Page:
Second, posting on LinkedIn also gives me visibility among other legal technology companies who may be interested in someone with my unique skillset. Just in the past month, I have been recruited directly for VP-level roles at several different legal tech companies. Although I ultimately declined, that experience certainly has given me the confidence that should anything happen to me at my current job, I have some other options as well.
For other folks, especially lawyers, thinking about creating content using social media, what would you say to them?
I’d say you should have a clearly defined goal for social media. It can be easy to fall into the trap of chasing likes and comments for its own sake. More attention isn’t always better. For me, my goal has always been to help promote my employer’s legal tech offering, and to gain visibility among industry experts. I have a lot more freedom than, say, a law firm lawyer, to post controversial content which is exactly why I do it. It’s one of my assets. But that doesn’t mean there aren’t other paths to success on LinkedIn. If you look at some of the other leading law firm lawyers on social media, and in particular, Frank Ramos, Patricia Baxter, and Lisa Lang, you’ll find that each person has their own unique voice that is aligned with their day job.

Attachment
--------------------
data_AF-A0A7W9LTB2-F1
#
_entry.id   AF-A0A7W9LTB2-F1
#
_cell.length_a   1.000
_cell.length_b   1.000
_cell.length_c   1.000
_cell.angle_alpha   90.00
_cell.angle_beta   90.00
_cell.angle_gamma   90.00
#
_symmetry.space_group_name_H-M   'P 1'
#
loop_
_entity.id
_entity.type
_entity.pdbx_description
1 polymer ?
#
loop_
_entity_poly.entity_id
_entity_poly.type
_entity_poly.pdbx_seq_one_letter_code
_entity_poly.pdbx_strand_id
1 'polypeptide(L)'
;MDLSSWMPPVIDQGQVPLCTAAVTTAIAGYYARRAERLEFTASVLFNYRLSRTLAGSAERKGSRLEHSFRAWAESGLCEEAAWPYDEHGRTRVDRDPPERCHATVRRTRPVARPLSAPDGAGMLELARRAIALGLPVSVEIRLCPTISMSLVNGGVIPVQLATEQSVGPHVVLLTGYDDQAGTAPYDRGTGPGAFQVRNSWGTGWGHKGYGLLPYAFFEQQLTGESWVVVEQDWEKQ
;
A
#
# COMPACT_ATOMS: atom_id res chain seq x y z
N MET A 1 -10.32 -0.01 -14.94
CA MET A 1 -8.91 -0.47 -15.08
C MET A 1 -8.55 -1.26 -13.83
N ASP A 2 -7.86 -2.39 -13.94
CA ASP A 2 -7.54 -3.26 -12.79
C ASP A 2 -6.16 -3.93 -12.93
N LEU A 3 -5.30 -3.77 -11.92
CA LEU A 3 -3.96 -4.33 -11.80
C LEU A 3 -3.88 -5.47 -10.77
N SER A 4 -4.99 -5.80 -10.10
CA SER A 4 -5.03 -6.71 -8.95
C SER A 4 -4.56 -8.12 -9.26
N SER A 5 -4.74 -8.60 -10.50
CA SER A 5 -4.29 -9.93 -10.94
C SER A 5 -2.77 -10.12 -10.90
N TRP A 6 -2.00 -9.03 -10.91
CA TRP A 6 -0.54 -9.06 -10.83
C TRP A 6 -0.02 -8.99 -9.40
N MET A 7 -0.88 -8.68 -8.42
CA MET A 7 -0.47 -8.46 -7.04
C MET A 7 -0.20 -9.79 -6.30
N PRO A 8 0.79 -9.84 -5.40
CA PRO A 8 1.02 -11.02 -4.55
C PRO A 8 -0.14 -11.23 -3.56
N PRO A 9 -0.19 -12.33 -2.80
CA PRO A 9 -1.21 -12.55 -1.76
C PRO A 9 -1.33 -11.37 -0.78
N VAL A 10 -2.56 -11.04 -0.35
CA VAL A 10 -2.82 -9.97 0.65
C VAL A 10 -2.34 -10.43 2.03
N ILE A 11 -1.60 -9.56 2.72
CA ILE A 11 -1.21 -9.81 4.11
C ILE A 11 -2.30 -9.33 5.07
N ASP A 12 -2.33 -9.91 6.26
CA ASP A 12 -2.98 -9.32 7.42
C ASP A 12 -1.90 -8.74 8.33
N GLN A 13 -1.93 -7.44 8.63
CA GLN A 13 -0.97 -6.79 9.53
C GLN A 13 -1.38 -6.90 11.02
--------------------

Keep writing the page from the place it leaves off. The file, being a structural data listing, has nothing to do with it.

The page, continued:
So I’d encourage folks to get out there and start engaging. You don’t have to share a big post, all you need to do is start commenting to get involved. Social media is a very interesting space, and the rules are constantly changing. To do well, you’ve got to try new things, experiment, and iterate. It’s not for everyone, and it can feel risky. But it can also help you find opportunities you never could have imagined. That’s certainly been my experience.